Why is a 20-year-old kid singing about keeping his grave clean? This, in a nutshell, is the problem with Dylan’s first album: His songs don’t feel honest; they sound as if he is trying to duplicate the emotions of other singers instead of translating his own feelings.
There has been some discussion recently, thanks to Joni Mitchell, of Bob Dylan’s honesty. Mitchell told the LA Times that, “Bob is not authentic at all. He’s a plagiarist, and his name and voice are fake. Everything about Bob is a deception.” This is not an entirely new complaint about Dylan. People have often accused him of being phony or deceptive, both in his songs and with the media.
The problem with Mitchell’s complaint (other than the fact that it was a completely uncalled for and unprovoked ad hominem attack), and this line of criticism in general, is that it confuses “authenticity” with “honesty.” It’s true that Dylan’s voice is often “fake” (although this raises a question of what someone’s “true” singing voice is; don’t all singers manipulate and modify their voice for different songs, at least to some degree?), and that many of his songs about historical events and figures play fast and loose with the facts. In this, Dylan is, I suppose, “dishonest.”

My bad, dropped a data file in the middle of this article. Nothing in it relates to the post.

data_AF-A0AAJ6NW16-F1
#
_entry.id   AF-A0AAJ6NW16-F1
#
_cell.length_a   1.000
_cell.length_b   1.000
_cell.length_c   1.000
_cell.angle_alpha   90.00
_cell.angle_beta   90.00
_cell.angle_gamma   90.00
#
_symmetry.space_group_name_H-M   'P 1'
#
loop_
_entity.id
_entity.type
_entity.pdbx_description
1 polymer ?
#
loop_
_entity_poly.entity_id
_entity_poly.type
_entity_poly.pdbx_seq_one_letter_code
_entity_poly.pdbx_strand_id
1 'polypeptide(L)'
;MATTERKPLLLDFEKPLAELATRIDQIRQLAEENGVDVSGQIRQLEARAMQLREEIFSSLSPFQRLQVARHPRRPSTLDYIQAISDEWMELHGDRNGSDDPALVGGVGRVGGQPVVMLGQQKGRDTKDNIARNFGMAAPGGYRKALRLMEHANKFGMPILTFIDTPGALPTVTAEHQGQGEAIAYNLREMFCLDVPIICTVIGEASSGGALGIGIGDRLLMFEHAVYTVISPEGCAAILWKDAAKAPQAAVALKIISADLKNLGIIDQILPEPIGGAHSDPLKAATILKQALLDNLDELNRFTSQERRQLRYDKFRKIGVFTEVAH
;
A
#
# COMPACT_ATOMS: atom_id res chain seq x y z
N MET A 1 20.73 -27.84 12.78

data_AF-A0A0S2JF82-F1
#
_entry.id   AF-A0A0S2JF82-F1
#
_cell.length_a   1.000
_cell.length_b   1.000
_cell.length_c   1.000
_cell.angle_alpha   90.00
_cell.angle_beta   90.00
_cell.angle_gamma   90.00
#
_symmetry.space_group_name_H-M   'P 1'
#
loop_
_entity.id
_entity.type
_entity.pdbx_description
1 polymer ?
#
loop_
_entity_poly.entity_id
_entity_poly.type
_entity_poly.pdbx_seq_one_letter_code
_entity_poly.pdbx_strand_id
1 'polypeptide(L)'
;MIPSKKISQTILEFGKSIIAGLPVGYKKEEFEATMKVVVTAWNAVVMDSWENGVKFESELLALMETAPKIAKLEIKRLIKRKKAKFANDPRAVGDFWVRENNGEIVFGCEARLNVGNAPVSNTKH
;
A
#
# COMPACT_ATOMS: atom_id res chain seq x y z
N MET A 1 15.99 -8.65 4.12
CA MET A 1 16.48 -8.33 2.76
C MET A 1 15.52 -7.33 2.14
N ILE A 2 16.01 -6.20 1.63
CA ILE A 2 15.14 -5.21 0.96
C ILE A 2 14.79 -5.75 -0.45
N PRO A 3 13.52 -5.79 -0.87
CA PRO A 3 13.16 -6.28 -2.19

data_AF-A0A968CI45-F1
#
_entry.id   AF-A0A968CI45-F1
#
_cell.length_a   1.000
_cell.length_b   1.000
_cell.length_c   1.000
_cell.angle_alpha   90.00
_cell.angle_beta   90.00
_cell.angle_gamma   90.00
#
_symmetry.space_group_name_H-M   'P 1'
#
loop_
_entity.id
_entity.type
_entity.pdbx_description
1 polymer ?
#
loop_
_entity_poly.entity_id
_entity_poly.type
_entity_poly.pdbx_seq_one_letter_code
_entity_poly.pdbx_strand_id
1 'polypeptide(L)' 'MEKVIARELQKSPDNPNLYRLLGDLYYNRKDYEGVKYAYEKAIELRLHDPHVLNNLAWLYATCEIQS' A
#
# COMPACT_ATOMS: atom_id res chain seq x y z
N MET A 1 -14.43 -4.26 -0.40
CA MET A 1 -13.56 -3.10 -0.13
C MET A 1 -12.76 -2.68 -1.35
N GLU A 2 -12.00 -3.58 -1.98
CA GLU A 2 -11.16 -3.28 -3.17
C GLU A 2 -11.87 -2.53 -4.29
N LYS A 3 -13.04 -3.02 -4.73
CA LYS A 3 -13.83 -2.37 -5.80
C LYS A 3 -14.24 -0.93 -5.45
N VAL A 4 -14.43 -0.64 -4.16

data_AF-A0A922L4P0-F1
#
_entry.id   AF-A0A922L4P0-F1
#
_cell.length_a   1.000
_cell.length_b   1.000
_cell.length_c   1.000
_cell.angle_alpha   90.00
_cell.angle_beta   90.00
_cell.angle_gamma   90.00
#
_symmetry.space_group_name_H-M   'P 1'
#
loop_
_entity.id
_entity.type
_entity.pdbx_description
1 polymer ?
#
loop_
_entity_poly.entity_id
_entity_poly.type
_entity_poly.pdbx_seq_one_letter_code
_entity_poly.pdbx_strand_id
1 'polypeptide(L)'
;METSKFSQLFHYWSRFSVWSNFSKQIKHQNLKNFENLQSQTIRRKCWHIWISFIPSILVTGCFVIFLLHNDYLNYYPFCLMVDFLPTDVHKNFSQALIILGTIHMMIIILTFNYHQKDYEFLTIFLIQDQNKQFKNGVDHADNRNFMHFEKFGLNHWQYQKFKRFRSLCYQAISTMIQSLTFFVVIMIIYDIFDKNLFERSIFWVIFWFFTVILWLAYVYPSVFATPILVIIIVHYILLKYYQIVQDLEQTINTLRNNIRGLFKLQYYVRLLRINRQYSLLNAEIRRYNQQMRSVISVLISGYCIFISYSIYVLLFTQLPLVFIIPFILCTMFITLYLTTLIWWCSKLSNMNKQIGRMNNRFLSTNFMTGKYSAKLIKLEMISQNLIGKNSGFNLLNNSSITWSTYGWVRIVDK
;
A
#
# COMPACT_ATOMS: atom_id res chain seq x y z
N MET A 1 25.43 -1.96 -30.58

But, as Pablo Picasso said, “We all know that art is not truth. Art is a lie that makes us realize truth.” Dylan’s songs may not always be “honest,” in that they manipulate facts or obscure his own personal feelings, but they are almost always authentic. Dylan’s songs get closer to the visceral truth of the world than 1,000 more “honest” songs—by Joni Mitchell or anyone else—do.
The problem with Bob Dylan as an album, though, and “See That My Grave Is Kept Clean” in particular, is that Dylan seems to be neither singing with personal honesty nor authenticity. He sounds like he is singing this song more out of reverence to its writer, Blind Lemon Jefferson, than out of any particular emotional resonance. There is still a dark poetry to the song, from the foreboding imagery evoked by the sights and sounds of a funeral and death, to the feeling of a final, resigned wish to merely keep your grave clean. The problem, though, is that Dylan doesn’t seem to put his own spin on the poetry of the song (as, say, Lou Reed did).
Luckily, though, as the final song on his first album, “See That My Grave Is Kept Clean” would spell the death of this version of Dylan—this version that was too in awe of predecessors like Jefferson and Woody Guthrie to embark on his own emotional journey. Just over a year later, though, Dylan would release The Freewheelin’ Bob Dylan, which should really put to rest any doubts about his ability to be authentic and personal.